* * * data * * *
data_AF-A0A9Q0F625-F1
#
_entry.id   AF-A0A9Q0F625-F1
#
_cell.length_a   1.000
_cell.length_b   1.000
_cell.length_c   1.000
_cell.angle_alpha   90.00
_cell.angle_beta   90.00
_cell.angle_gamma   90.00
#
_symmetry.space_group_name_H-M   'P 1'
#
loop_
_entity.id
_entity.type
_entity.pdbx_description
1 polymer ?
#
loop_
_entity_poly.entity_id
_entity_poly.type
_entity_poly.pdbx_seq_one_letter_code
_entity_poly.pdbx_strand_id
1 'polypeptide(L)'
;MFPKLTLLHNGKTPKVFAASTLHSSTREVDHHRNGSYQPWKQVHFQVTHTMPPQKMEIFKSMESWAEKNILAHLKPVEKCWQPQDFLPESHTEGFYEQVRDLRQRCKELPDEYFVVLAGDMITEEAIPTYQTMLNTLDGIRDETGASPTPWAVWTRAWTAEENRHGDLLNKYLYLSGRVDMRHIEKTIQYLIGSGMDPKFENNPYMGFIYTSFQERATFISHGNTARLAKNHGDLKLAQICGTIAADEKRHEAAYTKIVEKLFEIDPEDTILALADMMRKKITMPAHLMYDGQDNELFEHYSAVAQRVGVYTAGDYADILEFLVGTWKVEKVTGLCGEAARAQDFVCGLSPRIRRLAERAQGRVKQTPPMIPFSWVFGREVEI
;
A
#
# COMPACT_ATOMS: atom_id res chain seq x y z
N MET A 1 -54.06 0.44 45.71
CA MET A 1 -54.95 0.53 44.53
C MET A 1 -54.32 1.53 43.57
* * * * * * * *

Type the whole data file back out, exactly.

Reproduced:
data_AF-A0A9Q0F625-F1
#
_entry.id   AF-A0A9Q0F625-F1
#
_cell.length_a   1.000
_cell.length_b   1.000
_cell.length_c   1.000
_cell.angle_alpha   90.00
_cell.angle_beta   90.00
_cell.angle_gamma   90.00
#
_symmetry.space_group_name_H-M   'P 1'
#
loop_
_entity.id
_entity.type
_entity.pdbx_description
1 polymer ?
#
loop_
_entity_poly.entity_id
_entity_poly.type
_entity_poly.pdbx_seq_one_letter_code
_entity_poly.pdbx_strand_id
1 'polypeptide(L)'
;MFPKLTLLHNGKTPKVFAASTLHSSTREVDHHRNGSYQPWKQVHFQVTHTMPPQKMEIFKSMESWAEKNILAHLKPVEKCWQPQDFLPESHTEGFYEQVRDLRQRCKELPDEYFVVLAGDMITEEAIPTYQTMLNTLDGIRDETGASPTPWAVWTRAWTAEENRHGDLLNKYLYLSGRVDMRHIEKTIQYLIGSGMDPKFENNPYMGFIYTSFQERATFISHGNTARLAKNHGDLKLAQICGTIAADEKRHEAAYTKIVEKLFEIDPEDTILALADMMRKKITMPAHLMYDGQDNELFEHYSAVAQRVGVYTAGDYADILEFLVGTWKVEKVTGLCGEAARAQDFVCGLSPRIRRLAERAQGRVKQTPPMIPFSWVFGREVEI
;
A
#
# COMPACT_ATOMS: atom_id res chain seq x y z
N MET A 1 -54.06 0.44 45.71
CA MET A 1 -54.95 0.53 44.53
C MET A 1 -54.32 1.53 43.57